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Bible Commentaries

Sutcliffe's Commentary on the Old and New Testaments

Numbers 1

Verses 1-54

Numbers 1:2 . Take ye the sum. The Israelites had been numbered, for the purpose of subscribing half a shekel towards the erection of the tabernacle. Now they are numbered for war; and were afterwards numbered in the plains of Moab for the purpose of entering the land, and dividing it by lot and fair proportions. Every male by their poll. This is a general rule with Moses, as with other historians, to name the males only; the females are rarely named, except on some particular occasions.

Numbers 1:4 . Head of the house of his fathers. The princes of the patriarchs by birth seem to have kept their dignity of seniority till after the time of king Saul, when promotions at court caused it to fall into disuse. This custom was prevalent among gentile tribes.

Numbers 1:27 . The tribe of Judah were threescore and fourteen thousand and six hundred; men fit for war, women, children and strangers not being counted here. It appears from Genesis 38:0. that Judah left his father’s house, and married very young; he had also a son by Tamar, which accounts for the superior increase of his tribe.

Numbers 1:47 . But the levites were not numbered. As the number before the erection of the tabernacle, and the number now were exactly the same, it is evident that they now used the same rolls of genealogy, and that the levites were exempt from paying the half shekel on account of their services. But if not, the Israelites in less than a year must have increased twenty two thousand; besides replacing the three thousand slain in the revolt of idolatry, when they worshipped the calf.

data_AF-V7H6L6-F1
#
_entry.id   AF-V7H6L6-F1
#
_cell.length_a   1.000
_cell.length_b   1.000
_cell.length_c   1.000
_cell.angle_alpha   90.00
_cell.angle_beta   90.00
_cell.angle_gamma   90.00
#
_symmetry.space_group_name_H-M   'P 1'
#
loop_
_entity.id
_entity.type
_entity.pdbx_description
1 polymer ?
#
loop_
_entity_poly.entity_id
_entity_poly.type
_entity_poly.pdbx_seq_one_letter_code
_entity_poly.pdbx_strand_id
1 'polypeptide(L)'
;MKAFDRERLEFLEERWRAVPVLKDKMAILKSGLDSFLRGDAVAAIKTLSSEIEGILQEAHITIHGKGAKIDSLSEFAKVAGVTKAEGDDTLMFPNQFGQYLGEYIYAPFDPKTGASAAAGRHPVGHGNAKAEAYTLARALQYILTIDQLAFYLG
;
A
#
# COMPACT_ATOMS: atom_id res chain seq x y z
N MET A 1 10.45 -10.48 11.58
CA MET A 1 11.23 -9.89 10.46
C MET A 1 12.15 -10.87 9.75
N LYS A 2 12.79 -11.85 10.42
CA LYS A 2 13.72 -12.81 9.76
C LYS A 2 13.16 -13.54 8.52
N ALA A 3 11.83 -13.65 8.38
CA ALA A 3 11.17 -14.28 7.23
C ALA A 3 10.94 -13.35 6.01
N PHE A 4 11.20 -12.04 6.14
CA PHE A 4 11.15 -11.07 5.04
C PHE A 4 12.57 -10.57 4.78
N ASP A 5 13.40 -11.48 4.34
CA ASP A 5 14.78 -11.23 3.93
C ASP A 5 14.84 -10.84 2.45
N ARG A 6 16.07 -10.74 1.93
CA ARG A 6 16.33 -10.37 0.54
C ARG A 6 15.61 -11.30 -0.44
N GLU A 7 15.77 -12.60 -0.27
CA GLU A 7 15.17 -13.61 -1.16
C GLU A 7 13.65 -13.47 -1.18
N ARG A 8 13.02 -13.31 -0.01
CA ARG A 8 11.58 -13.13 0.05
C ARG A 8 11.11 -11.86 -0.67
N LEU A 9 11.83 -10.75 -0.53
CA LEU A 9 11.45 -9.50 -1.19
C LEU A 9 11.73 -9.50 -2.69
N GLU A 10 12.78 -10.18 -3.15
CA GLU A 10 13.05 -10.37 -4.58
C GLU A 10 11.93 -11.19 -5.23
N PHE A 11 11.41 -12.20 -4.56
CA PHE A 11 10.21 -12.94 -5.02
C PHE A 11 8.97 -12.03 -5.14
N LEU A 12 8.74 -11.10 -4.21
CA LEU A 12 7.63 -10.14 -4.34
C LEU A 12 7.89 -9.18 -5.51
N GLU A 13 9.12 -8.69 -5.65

Numbers 1:50 . Appoint levites over the tabernacle. For these services they were exempt from war, but were required to accompany the Ark, and bore it to the camp when Eli’s sons were slain. When the priests fought, it was of necessity, or of their own will. The Maccabees were illustrious, and were aided by other priests, as well as levites. Abiathar also was with David in all his exile.

REFLECTIONS.

It was now but two hundred and seventeen years since Jacob’s family amounted to no more than seventy or seventy five males, and they at this time exceeded a population of two millions and a half. Sixty eight males in six generations, allowing them to have but five sons in each family, will produce one million twelve thousand and five hundred males.

We however most evidently see the hand of providence in this increase of population, for God very much preserved his people while in Egypt from disease and death. He kept his eye constantly fixed on the promise made to Abraham, to multiply his seed as the stars of heaven, and as the dust of the earth which cannot be counted. And he kept his eye, not less fixed on the redemption of the world; for of Abraham’s seed he resolved to raise up the Messiah. And if God, through all the vicissitudes of Israel’s affliction, has ever kept his gracious promises in view, we should never for a moment lose sight of them. They are our star of direction, and cheering hope in the desert land. The fidelity of God, so long tried and so long approved, cannot be doubted now. These promises are an anchor of hope till the storms of passion, and the tempests of life are overpast.

The review of mercies, and of God’s fidelity to Israel, affords not less comfort to those families who declare for God, and refuse sinful conformities to the world. Whether they be oppressed, as Israel in Egypt; whether they want food and raiment, ways and means of living, God, who delivered Jacob in the day of trouble, will surely save them when they cry in affliction.

God numbered his people with a view to extend his care and government to each; and with a view to their being appointed and equipped for marching, defence, and war. So we, like Israel, are called to be a militant church, and go through the pilgrimage of life ready armed before the Lord. May our pastors, leaders and guides, be wise and valiant men, and embolden their flocks by nobly vanquishing the temptations of sin; and when the Lord shall make up his jewels, and number or mark his faithful people, may all our names be enrolled in the book of life.

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Bibliographical Information
Sutcliffe, Joseph. "Commentary on Numbers 1". Sutcliffe's Commentary on the Old and New Testaments. https://www.studylight.org/commentaries/eng/jsc/numbers-1.html. 1835.